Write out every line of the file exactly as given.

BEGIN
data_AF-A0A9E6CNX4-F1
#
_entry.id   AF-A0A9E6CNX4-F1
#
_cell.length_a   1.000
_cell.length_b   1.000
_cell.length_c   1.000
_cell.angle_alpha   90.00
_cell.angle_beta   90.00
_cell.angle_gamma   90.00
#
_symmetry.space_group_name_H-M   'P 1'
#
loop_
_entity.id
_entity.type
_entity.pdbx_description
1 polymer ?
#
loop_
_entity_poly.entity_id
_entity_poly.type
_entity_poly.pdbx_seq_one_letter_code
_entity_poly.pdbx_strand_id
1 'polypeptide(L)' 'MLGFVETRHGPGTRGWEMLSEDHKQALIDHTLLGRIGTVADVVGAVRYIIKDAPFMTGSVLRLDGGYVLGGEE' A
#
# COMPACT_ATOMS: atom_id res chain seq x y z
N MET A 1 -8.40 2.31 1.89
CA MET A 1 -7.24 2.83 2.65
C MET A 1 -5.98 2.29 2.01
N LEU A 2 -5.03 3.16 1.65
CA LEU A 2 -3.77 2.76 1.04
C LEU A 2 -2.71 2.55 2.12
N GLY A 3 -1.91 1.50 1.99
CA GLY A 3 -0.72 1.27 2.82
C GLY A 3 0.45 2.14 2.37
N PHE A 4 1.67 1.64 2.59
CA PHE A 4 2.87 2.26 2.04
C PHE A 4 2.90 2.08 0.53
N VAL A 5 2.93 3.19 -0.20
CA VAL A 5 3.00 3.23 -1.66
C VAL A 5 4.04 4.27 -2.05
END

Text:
data_AF-A0A9E6CNX4-F1
#
_entry.id   AF-A0A9E6CNX4-F1
#
_cell.length_a   1.000
_cell.length_b   1.000
_cell.length_c   1.000
_cell.angle_alpha   90.00
_cell.angle_beta   90.00
_cell.angle_gamma   90.00
#
_symmetry.space_group_name_H-M   'P 1'
#
loop_
_entity.id
_entity.type
_entity.pdbx_description
1 polymer ?
#
loop_
_entity_poly.entity_id
_entity_poly.type
_entity_poly.pdbx_seq_one_letter_code
_entity_poly.pdbx_strand_id
1 'polypeptide(L)' 'MLGFVETRHGPGTRGWEMLSEDHKQALIDHTLLGRIGTVADVVGAVRYIIKDAPFMTGSVLRLDGGYVLGGEE' A
#
# COMPACT_ATOMS: atom_id res chain seq x y z
N MET A 1 -8.40 2.31 1.89
CA MET A 1 -7.24 2.83 2.65
C MET A 1 -5.98 2.29 2.01
N LEU A 2 -5.03 3.16 1.65
CA LEU A 2 -3.77 2.76 1.04
C LEU A 2 -2.71 2.55 2.12
N GLY A 3 -1.91 1.50 1.99
CA GLY A 3 -0.72 1.27 2.82
C GLY A 3 0.45 2.14 2.37
N PHE A 4 1.67 1.64 2.59
CA PHE A 4 2.87 2.26 2.04
C PHE A 4 2.90 2.08 0.53
N VAL A 5 2.93 3.19 -0.20
CA VAL A 5 3.00 3.23 -1.66
C VAL A 5 4.04 4.27 -2.05